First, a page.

Tom Orvosh: I worked for three years on the Hudson River estuary system as part of a field biological support team for scientists studying the impact of nuclear power plants on the Hudson River fishery.

Ocean Explorer: What kinds of fish were you interested in?

Tom Orvosh: Shad, sturgeon, striped bass, white perch…but striped bass were the most important due to the major fishery interests.

Ocean Explorer: What was your next job?

Tom Orvosh: I became coordinator for the whole field operations team doing environmental studies.

Ocean Explorer: How did you get to the ocean?

Tom Orvosh: An estuary is part of the ocean ecosystems.

Ocean Explorer: How about the open ocean, such as where we are here in the mid-Atlantic?

Tom Orvosh: I returned to college when I was 28 years old to the University of Rhode Island, majoring in electrical engineering, and my interest remained in marine instrumentation. In a work-study program, I got to be a support tech with the physical oceanography group there.

Ocean Explorer: So, you’re getting closer to the ocean.

Tom Orvosh at the controls

Tom Orvosh, ROV Hercules pilot, at the controls.

Tom Orvosh: I worked three summers and after school on ocean research cruises and after getting my BS degree, I was hired as a research associate for physical oceanography at URI and then transferred to ship operations on the R/V Endeavor, URI's research vessel.

Ocean Explorer: What do you do now?

Tom Orvosh: I’m 25 percent ship support team and 25 percent on campus tech support, including sea water aquarium systems, and audio/visual systems for the Coastal Institute at URI, which includes work for the JASON Project. The rest of my time has been on Bob Ballard’s ROV exploration team, traveling to areas around the world—the Great Lakes, the Black Sea, the Mediterranean, and this Mountains in the Sea expedition. Next, I will be returning to the Titanic with the Ballard exploration team.

Ocean Explorer: What would you say to students who want to do what you do?

Tom Orvosh: Get your math and science and computer skills. Learn as much as you can. Develop your hands-on skills by taking things apart to see how they work, put them back together, repair them. Just get familiar with how things are made and tested. There are many companies that will train you, there are tech schools, and there are colleges all for marines sciences that are looking for students with an interest in marine application. But they want to see somebody who can have the skills and confidence to work in all kinds of weather, under timeline pressures, to ensure a successful mission.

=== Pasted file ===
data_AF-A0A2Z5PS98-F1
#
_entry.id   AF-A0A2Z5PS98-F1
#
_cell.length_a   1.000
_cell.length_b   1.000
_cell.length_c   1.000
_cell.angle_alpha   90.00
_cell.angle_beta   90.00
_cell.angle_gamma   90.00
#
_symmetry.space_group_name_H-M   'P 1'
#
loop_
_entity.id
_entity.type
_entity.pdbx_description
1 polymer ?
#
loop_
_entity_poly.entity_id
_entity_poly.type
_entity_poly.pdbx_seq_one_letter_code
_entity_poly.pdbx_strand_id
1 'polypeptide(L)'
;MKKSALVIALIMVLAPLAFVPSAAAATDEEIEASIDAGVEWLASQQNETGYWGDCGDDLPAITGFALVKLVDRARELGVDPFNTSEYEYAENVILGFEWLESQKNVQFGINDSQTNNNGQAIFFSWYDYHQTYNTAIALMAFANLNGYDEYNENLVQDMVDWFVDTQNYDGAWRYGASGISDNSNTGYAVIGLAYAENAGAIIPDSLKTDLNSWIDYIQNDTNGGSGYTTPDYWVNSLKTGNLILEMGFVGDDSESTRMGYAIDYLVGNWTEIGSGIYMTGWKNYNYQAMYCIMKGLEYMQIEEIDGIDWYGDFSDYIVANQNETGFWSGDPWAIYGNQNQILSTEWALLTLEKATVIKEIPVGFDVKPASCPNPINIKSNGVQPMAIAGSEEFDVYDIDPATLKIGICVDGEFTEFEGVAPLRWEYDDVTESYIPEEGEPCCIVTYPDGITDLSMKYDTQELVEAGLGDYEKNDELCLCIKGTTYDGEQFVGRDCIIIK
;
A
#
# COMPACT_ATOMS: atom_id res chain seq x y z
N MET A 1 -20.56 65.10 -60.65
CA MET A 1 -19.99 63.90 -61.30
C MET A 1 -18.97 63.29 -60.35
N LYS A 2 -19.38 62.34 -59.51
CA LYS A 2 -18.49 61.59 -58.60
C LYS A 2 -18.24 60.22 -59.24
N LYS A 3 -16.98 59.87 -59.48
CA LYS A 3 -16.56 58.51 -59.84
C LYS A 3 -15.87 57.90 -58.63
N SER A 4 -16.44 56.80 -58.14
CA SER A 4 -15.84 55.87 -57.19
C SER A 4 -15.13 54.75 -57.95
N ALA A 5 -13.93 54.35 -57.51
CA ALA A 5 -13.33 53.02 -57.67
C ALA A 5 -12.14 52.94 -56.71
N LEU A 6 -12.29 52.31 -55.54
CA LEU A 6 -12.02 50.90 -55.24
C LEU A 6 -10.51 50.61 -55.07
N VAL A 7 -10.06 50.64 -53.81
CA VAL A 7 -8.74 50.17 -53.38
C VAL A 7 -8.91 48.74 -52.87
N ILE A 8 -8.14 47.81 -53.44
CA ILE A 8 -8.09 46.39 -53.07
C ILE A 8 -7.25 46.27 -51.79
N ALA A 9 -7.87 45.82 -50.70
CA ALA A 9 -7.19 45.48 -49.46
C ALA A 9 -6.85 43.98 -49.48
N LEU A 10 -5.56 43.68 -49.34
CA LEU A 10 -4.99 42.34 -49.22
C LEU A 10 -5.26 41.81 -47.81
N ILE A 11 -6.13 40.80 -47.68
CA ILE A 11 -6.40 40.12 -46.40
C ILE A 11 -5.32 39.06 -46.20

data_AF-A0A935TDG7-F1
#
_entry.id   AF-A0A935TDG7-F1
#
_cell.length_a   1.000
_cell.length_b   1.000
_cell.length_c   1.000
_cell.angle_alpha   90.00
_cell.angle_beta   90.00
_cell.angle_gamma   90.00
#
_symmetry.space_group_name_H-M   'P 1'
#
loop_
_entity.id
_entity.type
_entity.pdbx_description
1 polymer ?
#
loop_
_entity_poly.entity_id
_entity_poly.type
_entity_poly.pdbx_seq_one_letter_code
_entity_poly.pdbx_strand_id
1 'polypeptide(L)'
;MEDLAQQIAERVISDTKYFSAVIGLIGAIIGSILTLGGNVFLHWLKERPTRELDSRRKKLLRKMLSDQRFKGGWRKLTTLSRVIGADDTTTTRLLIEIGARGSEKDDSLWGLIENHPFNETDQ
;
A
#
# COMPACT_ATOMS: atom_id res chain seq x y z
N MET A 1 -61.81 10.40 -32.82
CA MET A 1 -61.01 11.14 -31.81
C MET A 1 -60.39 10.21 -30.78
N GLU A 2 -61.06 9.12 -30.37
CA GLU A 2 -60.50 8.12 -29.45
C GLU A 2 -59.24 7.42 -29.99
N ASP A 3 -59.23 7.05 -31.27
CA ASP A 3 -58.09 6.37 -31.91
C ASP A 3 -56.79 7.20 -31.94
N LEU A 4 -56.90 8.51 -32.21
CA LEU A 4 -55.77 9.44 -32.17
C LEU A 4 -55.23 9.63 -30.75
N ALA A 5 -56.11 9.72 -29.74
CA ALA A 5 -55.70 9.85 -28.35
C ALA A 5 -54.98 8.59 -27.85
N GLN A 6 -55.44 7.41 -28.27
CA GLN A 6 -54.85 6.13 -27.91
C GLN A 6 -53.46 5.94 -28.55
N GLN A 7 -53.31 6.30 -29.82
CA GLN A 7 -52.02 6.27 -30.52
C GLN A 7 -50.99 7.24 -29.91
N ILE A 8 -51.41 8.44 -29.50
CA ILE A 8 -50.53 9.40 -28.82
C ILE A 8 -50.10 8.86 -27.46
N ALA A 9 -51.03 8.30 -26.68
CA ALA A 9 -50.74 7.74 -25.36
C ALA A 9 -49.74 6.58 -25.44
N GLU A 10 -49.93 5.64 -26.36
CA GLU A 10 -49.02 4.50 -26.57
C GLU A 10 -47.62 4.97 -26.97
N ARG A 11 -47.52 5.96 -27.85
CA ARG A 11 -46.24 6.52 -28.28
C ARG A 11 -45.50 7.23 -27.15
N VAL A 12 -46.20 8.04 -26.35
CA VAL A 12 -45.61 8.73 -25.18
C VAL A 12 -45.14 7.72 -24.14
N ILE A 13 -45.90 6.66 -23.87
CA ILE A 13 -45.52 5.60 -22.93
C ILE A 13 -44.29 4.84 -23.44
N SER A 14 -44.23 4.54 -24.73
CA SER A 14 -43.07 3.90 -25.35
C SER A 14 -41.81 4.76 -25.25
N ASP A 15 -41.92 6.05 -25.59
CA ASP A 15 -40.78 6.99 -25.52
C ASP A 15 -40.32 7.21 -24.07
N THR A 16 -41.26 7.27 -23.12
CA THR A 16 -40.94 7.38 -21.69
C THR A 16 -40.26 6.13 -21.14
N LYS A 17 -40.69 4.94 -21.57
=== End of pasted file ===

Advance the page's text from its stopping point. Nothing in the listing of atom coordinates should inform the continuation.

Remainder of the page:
Mike McKee, NURC IT specialist, and Mountains in the Sea 2004 data manager.

Mike McKee, NURC IT specialist, and Mountains in the Sea 2004 data manager. Image courtesy of L. Arnold

Interview with Mike McKee
Interview by Lance Arnold of the Ocean Explorer Team

Ocean Explorer: What’s your educational background, and why are you on this trip?

Mike McKee: I have an undergraduate degree in zoology and anthropology from Miami University and a master’s degree in oceanography from the University of Connecticut. What brought me here is that I pursued a position at NURC [National Undersea Research Center] and got a job archiving and analyzing video from undersea research from the past 20 years. In the process I’ve learned a lot about database development and Web programming. Through a collaboration with NOAA’s Office of Ocean Exploration, I’ll be serving in the role of data manager for this expedition.

Ocean Explorer: What does that role entail?

Mike McKee: Oversight and management of the collection of video data and still imagery, navigation data, and the collection of live specimens during the deployment of the ROV. We will be tracking activities on the ship, such as ROV dives, multibeam sonar mapping, and live video Webcasts. I will also gather raw data and direct it to appropriate scientific parties as well as tracking it in the NOAA Expedition Information System [EIS].

Ocean Explorer: What is the Expedition Information System?

Mike McKee: EIS is a database developed for Ocean Exploration through a NOAA collaborative effort. The database is designed to log metadata associated with virtually everything that happens from the time we leave port to the time we return from expedition. In order to do this, we have two terabytes of data storage capacity in addition to more than 200 digital videos (some of which are high definition) and over 1,000 DVDs.